Chapter 1 FEBRUARY 8, 2020 Football Season Was Over CHAPTER 1 ASA
Lies. My life was a series of lies that had become my norm. I didn’t want to accept it. Waking up daily knowing this could be the day I face my worst fear shouldn’t be the first thing that haunted me when my eyes opened. I would turn eighteen in six days. I wouldn’t be a minor anymore. That protection was gone, but it wouldn’t stop me from doing what had to be done if my father went too far.
Understanding my mom was something I’d given up on years ago. I’d accepted that she loved him and that was the only reason she stayed. How could a woman love a man who emotionally and physically abused her? I couldn’t comprehend it, but she loved him. She had to love him because the son of a bitch had hurt her more times than I could count. The only time I had ever seen her fight back was when I stepped in front of her and his fist landed on my eleven-year-old jaw, knocking me to the ground. That day she’d been beat so badly, it had marked me. Terrified me.
Still, she didn’t leave him.
She did everything she could to make him happy, and when that didn’t work, she took to the sofa to watch Netflix dramas and drink bottles of wine alone while he was at work and I was at school. The cycle was so fucked up in this house, it was a miracle we were both still alive.
Football season was over. My senior year had only a few months left, and I was headed to Ole Miss on a football scholarship. My father had bragged about it to anyone who would listen. The supportive, proud father, family man, successful local businessman, head of the city council, Malcom Griffith. I despised him, and yet I was planning to leave my mother to live alone with this monster.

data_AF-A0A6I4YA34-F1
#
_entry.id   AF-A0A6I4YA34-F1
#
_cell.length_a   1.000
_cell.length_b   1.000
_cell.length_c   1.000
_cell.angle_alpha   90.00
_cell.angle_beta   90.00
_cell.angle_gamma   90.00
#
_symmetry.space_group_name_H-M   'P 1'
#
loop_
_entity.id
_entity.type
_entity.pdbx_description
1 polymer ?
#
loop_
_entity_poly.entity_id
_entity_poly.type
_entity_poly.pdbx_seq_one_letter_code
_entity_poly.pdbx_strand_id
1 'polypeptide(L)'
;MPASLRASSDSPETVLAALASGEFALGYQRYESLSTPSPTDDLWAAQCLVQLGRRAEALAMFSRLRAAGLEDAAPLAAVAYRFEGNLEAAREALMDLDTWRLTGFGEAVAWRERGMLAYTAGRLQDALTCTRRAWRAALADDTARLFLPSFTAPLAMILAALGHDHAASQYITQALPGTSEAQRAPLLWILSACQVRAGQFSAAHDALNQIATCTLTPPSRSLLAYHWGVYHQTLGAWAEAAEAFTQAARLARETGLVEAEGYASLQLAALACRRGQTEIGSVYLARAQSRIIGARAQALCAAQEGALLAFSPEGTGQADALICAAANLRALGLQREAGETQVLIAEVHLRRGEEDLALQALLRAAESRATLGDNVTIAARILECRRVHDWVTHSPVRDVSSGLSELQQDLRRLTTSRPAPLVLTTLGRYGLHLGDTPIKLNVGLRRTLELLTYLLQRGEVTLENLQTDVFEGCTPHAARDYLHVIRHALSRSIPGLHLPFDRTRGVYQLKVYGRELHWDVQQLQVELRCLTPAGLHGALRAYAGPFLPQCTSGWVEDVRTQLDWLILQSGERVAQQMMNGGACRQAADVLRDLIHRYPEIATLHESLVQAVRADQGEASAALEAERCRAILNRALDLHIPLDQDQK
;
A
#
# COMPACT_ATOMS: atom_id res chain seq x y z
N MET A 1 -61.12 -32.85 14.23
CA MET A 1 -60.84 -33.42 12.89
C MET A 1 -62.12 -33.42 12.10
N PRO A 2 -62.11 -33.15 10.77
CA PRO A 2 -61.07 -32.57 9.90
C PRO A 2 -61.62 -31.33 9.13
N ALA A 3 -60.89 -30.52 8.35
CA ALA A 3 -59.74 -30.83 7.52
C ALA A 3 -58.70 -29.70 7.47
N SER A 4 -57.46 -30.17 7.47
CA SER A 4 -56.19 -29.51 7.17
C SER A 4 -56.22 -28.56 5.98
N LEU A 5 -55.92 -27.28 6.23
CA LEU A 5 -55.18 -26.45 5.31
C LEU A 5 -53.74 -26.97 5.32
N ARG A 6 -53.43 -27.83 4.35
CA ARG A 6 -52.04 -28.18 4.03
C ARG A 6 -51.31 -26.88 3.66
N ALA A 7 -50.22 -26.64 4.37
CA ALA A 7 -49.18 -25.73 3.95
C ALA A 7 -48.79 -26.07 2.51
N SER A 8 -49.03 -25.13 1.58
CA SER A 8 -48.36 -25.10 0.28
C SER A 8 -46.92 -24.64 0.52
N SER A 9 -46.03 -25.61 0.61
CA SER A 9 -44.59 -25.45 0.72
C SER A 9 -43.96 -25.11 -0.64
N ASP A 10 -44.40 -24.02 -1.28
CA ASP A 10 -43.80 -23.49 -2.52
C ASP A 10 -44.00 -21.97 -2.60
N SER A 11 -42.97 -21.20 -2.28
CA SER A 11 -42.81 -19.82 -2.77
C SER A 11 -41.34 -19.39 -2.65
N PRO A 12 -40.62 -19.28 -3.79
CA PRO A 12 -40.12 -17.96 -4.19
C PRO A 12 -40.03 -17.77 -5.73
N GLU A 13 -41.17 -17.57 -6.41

She could leave him. I was bigger than he was now. I could take the bastard if he tried to stop her from going. I’d told her as much—I’d begged and pleaded with her to leave him. Go live with my abuela in New Mexico. The small town of Taos was full of my mother’s family. Her mother was a force to be reckoned with, and so were her brothers. She’d be safe… she’d be free. I could go to college and live a life without guilt or fear.
Nothing I said could make her go.
Nothing he did was bad enough to send her running.
“Fuck,” I growled, thinking about our argument before I stormed out of the house ten minutes earlier. Standing beside my black Chevy truck with my right hand on the gas pump and my other flat against the side of my truck, I glared at my reflection in the tinted window. I looked like him and I hated it. My eyes were blue like his. My shoulders broad but my height now six three. Two inches taller than him. The only thing about my mother I could see was the dark black color of my hair and the dimples that appeared when I smiled.
“Everything okay?” a female voice asked. I hadn’t realized anyone else was out here. I’d been the only one when I pulled in to fill up. Turning my head only, I recognized the girl. I didn’t know her, but I’d seen her around. Here mostly, when I got gas. She was a Ramos. Her parents owned the service station and grocery store attached to it. She looked to be my age, but she didn’t attend Lawton High School. In fact, she had never attended middle school or elementary school either. None of the Ramos kids did, and I wasn’t sure how many siblings she had, but I knew there were a lot of them. A few years back I remember the oldest one overdosed or something like that. I wasn’t sure exactly how she died.